Awakening to the spirit and beauty of the northern Great Plains
Thursday, February 5, 2009
Grass, Sky, Song Illustrated--the Preface
Here is a second instalment in a series that shows images that relate to passages in Grass, Sky, Song. This first photo, which I am posting with the kind permission of Alberta photographer Allan MacKeigan (check out his website), shows one of the grassland birds that gets a lot of attention in the book. It is a male Chestnut-collared longspur showing off its tail.
In the preface to GSS, “A Way Home,” I write about how I became interested in grassland and its birds. It started with hunting waterfowl and grouse as a boy. This is a photo of me age 12 or 13, just back from a duck hunt. Apparently, dad thought the ducks were more important than the top of my head.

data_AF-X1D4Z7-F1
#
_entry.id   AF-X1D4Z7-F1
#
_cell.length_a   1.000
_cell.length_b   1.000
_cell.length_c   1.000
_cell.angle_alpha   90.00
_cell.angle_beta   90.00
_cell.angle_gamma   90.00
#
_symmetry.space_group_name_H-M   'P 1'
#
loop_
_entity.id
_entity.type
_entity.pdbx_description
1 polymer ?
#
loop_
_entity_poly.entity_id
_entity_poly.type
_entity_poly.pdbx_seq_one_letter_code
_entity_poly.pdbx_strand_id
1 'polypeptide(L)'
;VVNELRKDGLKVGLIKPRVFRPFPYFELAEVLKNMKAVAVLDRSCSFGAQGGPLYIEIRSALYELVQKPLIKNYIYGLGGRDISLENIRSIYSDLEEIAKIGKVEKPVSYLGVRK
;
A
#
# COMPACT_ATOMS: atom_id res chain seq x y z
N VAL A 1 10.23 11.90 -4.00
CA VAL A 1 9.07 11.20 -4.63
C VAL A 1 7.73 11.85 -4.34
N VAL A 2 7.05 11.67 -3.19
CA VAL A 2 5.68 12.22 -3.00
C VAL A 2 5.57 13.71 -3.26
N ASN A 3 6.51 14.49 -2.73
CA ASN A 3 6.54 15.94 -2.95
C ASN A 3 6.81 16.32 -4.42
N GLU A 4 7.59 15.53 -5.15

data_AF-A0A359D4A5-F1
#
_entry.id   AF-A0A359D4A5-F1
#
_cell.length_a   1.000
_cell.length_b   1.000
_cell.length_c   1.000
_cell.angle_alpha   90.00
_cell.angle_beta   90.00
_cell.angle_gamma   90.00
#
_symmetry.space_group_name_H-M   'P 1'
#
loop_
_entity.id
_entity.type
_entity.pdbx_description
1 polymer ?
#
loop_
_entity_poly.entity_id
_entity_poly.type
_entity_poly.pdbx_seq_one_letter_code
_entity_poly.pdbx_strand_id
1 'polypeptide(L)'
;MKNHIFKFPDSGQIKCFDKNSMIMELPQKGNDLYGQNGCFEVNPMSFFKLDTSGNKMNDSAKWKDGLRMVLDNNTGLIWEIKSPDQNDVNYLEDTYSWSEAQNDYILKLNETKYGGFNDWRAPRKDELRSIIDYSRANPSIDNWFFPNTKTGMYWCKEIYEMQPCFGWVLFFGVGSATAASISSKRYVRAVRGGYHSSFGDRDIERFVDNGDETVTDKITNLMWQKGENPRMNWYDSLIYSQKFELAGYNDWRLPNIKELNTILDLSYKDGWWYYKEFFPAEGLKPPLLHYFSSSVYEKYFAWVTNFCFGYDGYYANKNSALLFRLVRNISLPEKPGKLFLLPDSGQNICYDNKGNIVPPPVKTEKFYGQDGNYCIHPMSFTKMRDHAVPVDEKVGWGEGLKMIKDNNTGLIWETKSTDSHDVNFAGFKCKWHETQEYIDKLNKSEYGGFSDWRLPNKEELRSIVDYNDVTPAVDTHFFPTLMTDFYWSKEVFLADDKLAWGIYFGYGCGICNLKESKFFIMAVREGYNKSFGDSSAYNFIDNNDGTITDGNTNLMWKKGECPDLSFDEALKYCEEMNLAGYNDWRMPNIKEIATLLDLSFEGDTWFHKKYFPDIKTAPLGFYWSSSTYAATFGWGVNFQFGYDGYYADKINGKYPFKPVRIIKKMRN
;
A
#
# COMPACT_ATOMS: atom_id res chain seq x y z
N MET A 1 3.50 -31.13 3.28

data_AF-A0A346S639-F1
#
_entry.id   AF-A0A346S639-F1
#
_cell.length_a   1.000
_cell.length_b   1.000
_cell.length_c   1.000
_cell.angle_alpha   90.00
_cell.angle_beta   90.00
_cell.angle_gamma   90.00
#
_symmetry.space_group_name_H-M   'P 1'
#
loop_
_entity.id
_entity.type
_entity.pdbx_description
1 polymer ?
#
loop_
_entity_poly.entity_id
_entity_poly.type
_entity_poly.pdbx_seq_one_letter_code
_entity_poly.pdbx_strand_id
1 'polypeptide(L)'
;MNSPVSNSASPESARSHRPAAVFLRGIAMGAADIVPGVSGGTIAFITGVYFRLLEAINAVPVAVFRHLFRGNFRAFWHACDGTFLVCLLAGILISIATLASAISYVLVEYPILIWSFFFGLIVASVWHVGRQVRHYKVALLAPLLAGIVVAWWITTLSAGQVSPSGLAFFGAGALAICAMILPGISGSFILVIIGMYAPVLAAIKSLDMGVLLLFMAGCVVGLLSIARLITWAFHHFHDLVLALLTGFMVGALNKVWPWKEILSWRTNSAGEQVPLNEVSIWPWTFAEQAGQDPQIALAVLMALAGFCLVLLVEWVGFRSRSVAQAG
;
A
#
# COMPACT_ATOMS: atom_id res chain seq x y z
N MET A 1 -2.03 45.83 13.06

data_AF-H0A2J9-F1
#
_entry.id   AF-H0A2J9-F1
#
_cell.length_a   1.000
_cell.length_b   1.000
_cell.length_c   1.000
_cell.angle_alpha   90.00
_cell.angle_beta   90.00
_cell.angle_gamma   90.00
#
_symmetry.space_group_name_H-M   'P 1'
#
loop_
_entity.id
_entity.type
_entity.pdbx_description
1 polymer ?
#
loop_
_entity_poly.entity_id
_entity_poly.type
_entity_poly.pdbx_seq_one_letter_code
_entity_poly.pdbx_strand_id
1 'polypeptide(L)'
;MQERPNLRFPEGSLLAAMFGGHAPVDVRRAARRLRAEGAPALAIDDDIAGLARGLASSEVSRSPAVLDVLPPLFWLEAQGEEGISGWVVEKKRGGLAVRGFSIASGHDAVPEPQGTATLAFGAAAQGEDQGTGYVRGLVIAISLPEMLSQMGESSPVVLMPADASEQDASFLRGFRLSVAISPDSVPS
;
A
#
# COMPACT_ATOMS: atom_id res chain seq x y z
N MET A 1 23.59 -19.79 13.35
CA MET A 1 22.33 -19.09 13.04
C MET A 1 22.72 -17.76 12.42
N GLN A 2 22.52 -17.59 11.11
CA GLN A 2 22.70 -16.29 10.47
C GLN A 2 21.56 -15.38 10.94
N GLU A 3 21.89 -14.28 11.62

Both my grandfathers hunted to feed their families—antelope, deer, moose, bear, rabbits, grouse and waterfowl. My father’s father homesteaded on the open plains near the Great Sand Hills and then during the hardest stretch of drought in the 1930s moved his family north to the forest just below the southern boundary of Prince Albert National Park. One of his rifles was a Boer war .303 bolt action, which I have inherited. In the preface I talk about the rifle and the notches on its butt, which you can see in this photo. Strangely enough, I somehow miscounted (or misremembered) the notches because in the book I say there were only four but when I got my daughter, Sage, to take this photo last night there were seven!
Later in the preface, still trying to explain how I came by my interest in prairie birds, I tell the story of a kayaking trip on the West Coast and an encounter with Orcas. The photo below shows my wife, Karen, and I and an Orca bull known as “Top Notch.”